Who Hijacked Our Country

Thursday, January 20, 2005

Unforgivable Blackness

This is the title of a 4-hour PBS documentary by Ken Burns this past Monday and Tuesday evenings. It’s the story of Jack Johnson, the first black world heavyweight boxing champion (from 1910 to 1915). Johnson was portrayed by James Earl Jones in “The Great White Hope” in 1970. Miles Davis made an album in 1970 titled “Tribute to Jack Johnson.”

This documentary depicts the political and racial climate in the United States in the early 1900s. As terrible as today’s racial injustices are, this country has presumably made some progress since then. From 1908 to 1910, Johnson was by far the best boxer anyone had ever seen. (A lot of experts thought Johnson was a far better boxer than any of the champions that came after him; that the Jack Johnson of 1910 would have trounced any of the champions from the 1930s, '40s or '50s.) However, the “color line” was firmly in place. No white boxer would fight him; this way the world champion would always be white, and Johnson could only be the best “Negro boxer.”

The racial hatred was incredible. Everywhere Johnson went – boxing matches, hotels, nightclubs – there were mobs of furious white people jeering him. He received constant death threats.

In 1910, Johnson was finally able to fight the official (white) champion, Jim Jeffries, and he won. When he became the world heavyweight champion, there were race riots all across the U.S. – white riots, that is. Scores of people were killed in these riots; mostly blacks. And this was mainly in northern cities – can’t blame the Deep South for this. (Funny, I don’t remember reading about these riots in any history textbooks.)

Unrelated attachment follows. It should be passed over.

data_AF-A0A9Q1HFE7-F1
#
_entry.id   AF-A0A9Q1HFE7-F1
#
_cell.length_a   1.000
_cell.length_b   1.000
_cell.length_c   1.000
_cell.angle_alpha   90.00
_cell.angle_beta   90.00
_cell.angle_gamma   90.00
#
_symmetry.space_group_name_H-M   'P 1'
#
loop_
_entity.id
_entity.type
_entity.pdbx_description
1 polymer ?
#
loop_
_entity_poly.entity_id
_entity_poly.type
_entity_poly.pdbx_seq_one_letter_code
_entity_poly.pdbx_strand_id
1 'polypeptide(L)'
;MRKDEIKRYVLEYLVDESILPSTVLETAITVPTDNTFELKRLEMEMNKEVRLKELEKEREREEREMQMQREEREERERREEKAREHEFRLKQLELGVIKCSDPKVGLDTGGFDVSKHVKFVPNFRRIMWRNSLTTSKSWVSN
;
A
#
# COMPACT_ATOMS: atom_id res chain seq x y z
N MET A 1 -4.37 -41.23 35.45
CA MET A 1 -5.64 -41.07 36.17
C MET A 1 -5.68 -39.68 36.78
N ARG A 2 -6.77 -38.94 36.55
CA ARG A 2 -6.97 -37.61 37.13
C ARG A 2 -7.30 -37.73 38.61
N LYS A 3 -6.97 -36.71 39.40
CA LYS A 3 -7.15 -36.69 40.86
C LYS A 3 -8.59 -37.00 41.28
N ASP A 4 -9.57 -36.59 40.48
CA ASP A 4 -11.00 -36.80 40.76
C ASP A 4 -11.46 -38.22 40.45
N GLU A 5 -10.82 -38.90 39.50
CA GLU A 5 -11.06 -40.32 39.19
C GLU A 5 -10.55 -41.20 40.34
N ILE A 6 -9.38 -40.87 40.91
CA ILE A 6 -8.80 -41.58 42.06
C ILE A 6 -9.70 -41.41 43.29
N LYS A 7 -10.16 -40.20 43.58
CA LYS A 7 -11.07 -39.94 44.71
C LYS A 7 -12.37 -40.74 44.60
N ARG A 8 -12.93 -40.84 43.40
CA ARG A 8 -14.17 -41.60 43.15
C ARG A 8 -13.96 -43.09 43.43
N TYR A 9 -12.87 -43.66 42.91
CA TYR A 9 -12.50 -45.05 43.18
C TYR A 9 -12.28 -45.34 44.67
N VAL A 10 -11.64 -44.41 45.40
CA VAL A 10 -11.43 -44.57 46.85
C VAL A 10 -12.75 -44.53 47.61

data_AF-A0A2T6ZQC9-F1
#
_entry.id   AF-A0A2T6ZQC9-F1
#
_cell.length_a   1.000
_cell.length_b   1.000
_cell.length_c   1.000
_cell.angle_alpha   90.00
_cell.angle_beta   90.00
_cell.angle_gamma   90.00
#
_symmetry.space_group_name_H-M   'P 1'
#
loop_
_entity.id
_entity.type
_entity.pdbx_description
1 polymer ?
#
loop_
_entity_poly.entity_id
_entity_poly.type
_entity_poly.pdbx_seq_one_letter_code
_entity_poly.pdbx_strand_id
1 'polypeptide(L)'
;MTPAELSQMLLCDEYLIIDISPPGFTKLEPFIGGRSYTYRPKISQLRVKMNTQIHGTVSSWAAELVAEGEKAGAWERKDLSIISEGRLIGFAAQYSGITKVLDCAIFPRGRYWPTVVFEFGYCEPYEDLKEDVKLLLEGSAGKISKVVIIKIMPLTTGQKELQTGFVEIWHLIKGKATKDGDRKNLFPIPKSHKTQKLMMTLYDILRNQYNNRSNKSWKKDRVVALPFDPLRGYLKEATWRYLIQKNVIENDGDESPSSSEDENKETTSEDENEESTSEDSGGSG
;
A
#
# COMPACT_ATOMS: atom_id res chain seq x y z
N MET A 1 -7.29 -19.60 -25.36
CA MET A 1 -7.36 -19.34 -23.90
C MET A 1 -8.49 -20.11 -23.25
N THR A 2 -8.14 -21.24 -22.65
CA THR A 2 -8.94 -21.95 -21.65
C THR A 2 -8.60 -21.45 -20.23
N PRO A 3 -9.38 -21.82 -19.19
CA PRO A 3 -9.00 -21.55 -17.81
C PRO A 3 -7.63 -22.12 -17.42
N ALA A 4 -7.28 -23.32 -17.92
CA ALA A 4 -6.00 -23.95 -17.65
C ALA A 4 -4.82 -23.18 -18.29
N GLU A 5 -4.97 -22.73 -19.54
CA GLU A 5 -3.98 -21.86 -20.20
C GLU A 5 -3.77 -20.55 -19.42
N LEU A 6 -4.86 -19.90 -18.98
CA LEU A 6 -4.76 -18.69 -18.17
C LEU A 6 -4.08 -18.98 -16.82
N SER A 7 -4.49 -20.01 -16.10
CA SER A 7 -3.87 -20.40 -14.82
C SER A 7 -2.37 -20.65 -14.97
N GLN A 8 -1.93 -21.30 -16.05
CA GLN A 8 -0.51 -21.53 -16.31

Newspaper editorials reflected the racial prejudices of the day. The New York Times editorial right before Jack Johnson’s fight with Jim Jeffries said “if the black man wins, thousands and thousands of his ignorant brothers will misinterpret his victory as justifying claims to much more than mere physical equality with their white neighbors.” The Chicago Tribune warned in an editorial that a win by Johnson would encourage blacks to challenge the power of whites.

Also, the Chief Justice of the Supreme Court during this time was a former Ku Klux Klansman.

So, I guess we’ve made some progress…


Anonymous Anonymous said...

There was not another Negro Heavyweight champ until Joe Louis and that was not by accident. Mindful of Johnson Joe Louis was told to not speak up, play by the rules, be polite and NEVER get your picture taken with a white women.

For all of that effort, Joe Louis still experienced racism. He was ripped off by promoters and the US Goverment and would have died broke had he not got hired as a greeter by a casino.

For a black athlete at the time, it didn't pay to follow the rules either. Look at National hero Jesse Owens, from beating Hitler' Supermen to racing horses for money at home.

January 21, 2005 at 12:40 AM  

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